Skip to content Skip to left sidebar Skip to right sidebar Skip to footer

Zack Wills plans to work in medical field to help others deal with illness

By: Marlana Ward
Freelance Writer

A young man’s teen years are full of life-changing and character forming events.  For one young man from Johnson County, these years were even more so due to a fight for his life against cancer.  
Zack Wills began his journey on May 2, 2013 when he was diagnosed with Hodgkin‘s Lymphoma.  “My family doctor, who sent me for further testing when I first noticed I had a swollen lymph node, is Dr. Raina Sluder,” Wills shared.  “I am so thankful for her realizing that something wasn’t right and looking for an answer to find out what was wrong.”
 Zack was referred to St. Jude Children’s Research Hospital in Memphis, Tennessee.  When his family arrived on a Sunday, the staff immediately set out to ease his mind and encourage the family.  “I can remember being so nervous when I walked into the hospital not knowing what I was about to face,” Wills recalled.  “The nurse that came out to the waiting area to take me back was so nice and immediately made us feel at ease.  She explained everything that she was going to do that night and then what would happen throughout my visit.” Zack’s days were filled with multiple clinic visits and tests.  “There were days that first week that I had as many as eight appointments in a day,” remembered Wills.
Zack received the best care available with the doctors and nurses assigned to help him.  “My doctors at the St. Jude clinic in Johnson City are Dr. Marcela Popescu, Dr. Cathleen Cook, and Dr. Kathryn Klopfenstein.  “My primary doctor at the St. Jude hospital in Memphis is Dr. Monica Metzger,” Zack shared.  “I would just like to thank them for all they have done for me.  They have been so caring and tried to do whatever they could to make my treatment process as easy as possible.  I would also like to say that I have had the best nursing care as well.  They all have a very difficult job seeing sick children every day and they are a very special group of people.”
When not busy with doctor visits, Zack was able to enjoy the entertainment that the hospital provides for patients and families.  “St. Jude does a great job of providing activities for patients and there is always something going on,” said Wills.  “Even when I was in the hospital during my stem cell transplant and couldn’t leave the floor, I had a state of the art room with an amazing entertainment center which kept me occupied.  My parents were with me and we enjoy spending time together so it wasn’t so bad.”
Zack’s family played an intricate part in keeping his spirits high and providing emotional support:  “My family has been so supportive this past year.  My mom and dad have been there every step of the way.  They have been there to get me through some tough moments and I always knew that I wasn’t alone in this fight.  My grandparents have also been there to encourage me and take me to some of my treatments when my parents couldn’t.  My Mamaw Peggy even retired just so that she could be with me during my recovery after my stem cell transplant.  My aunts, uncles, and cousins have been just as supportive.  I am thankful that I have a caring family.”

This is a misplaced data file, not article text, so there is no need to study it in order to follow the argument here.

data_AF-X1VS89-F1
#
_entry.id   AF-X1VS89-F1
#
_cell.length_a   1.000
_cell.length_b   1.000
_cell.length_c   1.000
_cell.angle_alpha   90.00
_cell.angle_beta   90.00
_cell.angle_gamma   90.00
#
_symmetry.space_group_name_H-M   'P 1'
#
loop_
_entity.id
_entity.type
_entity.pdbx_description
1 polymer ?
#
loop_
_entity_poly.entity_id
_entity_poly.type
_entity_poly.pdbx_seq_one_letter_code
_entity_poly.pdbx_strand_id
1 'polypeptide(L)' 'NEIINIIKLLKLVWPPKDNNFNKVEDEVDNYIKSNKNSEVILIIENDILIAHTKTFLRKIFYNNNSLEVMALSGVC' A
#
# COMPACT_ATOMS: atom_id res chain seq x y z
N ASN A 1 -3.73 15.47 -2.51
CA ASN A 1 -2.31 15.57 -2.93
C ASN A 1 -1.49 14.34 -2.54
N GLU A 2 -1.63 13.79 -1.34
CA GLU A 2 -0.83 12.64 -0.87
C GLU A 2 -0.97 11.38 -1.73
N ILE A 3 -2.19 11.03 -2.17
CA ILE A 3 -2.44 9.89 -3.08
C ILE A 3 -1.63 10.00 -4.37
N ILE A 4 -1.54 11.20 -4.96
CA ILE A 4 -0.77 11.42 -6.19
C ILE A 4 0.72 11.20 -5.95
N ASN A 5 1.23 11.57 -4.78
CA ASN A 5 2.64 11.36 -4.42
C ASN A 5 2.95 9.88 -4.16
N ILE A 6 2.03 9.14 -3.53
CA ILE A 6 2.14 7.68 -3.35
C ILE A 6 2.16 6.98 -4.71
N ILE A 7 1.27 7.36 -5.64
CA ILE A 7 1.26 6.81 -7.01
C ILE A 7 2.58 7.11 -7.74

Zack is also grateful to the people of Johnson County for their caring support.  “I have been amazed by the outpouring of support from my friends and the community,” said Wills.  “It has been such an encouragement to me.  My parents and I will never be able to thank everyone enough for all they have done for our family. I feel that I am very blessed to live in Johnson County because people here really do care about one another.”
The road to recovery for Zack was difficult at times but his resolve to beat cancer helped him not succumb to the exhaustion that chemotherapy can cause in patients.  “While I was on the transplant floor in the hospital, they have a challenge to walk a marathon (26.2 miles),” detailed Wills.  “I was able to complete my marathon in 14 days.  This helped me to get stronger each day.”  He added,” I tried to get back to my normal life as much as I could which I think has helped in my recovery process.”  
In February, Zack was given the wonderful report of being in remission.  He will continue to visit the clinic in Johnson City every three months for check ups.  He will also visit Memphis once a year for the next 10 years for tests and scans.
Today, Zack is a senior at Johnson County High School and preparing for graduation.  He also enjoys playing baseball and working for Mountain City Pharmacy.  He plans to attend Northeast State Technical Community College in the fall where he will pursue a Pre-Med degree.  “I want to do something in the medical field.  I want to help others that are facing illnesses,” Wills explained.  “I hope that my personal experience will help me relate to others and help me be compassionate toward others.”
 

Zack’s strength and faith are values that have spoken to many in the community and he shares advice to others that may be facing a similar situation:  “First, lean on God.  He will help you through any situation if you will trust him and have faith that he is with you on your journey.  Second, have a positive attitude and laugh as much as possible.  Even though it is scary to have a serious illness, I have found that you feel so much better when you are positive and value the good things that are happening in your life.”  

Zack serves as an inspiration to all of us as an example of strong character and faith-based optimism.
Johnson County is fortunate to have young men of such resolve and determination as a part of our future.